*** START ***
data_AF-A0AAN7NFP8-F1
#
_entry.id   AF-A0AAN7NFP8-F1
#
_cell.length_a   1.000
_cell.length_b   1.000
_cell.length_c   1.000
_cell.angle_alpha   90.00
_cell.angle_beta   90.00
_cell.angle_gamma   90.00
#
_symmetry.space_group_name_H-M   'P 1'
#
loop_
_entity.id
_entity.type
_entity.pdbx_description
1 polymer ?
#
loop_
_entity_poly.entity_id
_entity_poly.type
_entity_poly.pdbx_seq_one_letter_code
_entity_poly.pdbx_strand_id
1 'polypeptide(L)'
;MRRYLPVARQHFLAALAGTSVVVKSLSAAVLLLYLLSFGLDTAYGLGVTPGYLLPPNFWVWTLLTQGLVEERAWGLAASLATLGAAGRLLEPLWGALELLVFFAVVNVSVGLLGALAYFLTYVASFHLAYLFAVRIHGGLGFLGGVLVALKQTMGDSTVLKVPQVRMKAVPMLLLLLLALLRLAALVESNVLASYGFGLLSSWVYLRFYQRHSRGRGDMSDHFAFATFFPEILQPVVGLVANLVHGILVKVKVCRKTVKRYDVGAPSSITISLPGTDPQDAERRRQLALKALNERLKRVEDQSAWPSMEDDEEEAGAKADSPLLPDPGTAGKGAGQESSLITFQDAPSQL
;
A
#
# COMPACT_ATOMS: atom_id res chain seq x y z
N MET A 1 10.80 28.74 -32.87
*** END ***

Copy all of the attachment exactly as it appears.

data_AF-A0AAN7NFP8-F1
#
_entry.id   AF-A0AAN7NFP8-F1
#
_cell.length_a   1.000
_cell.length_b   1.000
_cell.length_c   1.000
_cell.angle_alpha   90.00
_cell.angle_beta   90.00
_cell.angle_gamma   90.00
#
_symmetry.space_group_name_H-M   'P 1'
#
loop_
_entity.id
_entity.type
_entity.pdbx_description
1 polymer ?
#
loop_
_entity_poly.entity_id
_entity_poly.type
_entity_poly.pdbx_seq_one_letter_code
_entity_poly.pdbx_strand_id
1 'polypeptide(L)'
;MRRYLPVARQHFLAALAGTSVVVKSLSAAVLLLYLLSFGLDTAYGLGVTPGYLLPPNFWVWTLLTQGLVEERAWGLAASLATLGAAGRLLEPLWGALELLVFFAVVNVSVGLLGALAYFLTYVASFHLAYLFAVRIHGGLGFLGGVLVALKQTMGDSTVLKVPQVRMKAVPMLLLLLLALLRLAALVESNVLASYGFGLLSSWVYLRFYQRHSRGRGDMSDHFAFATFFPEILQPVVGLVANLVHGILVKVKVCRKTVKRYDVGAPSSITISLPGTDPQDAERRRQLALKALNERLKRVEDQSAWPSMEDDEEEAGAKADSPLLPDPGTAGKGAGQESSLITFQDAPSQL
;
A
#
# COMPACT_ATOMS: atom_id res chain seq x y z
N MET A 1 10.80 28.74 -32.87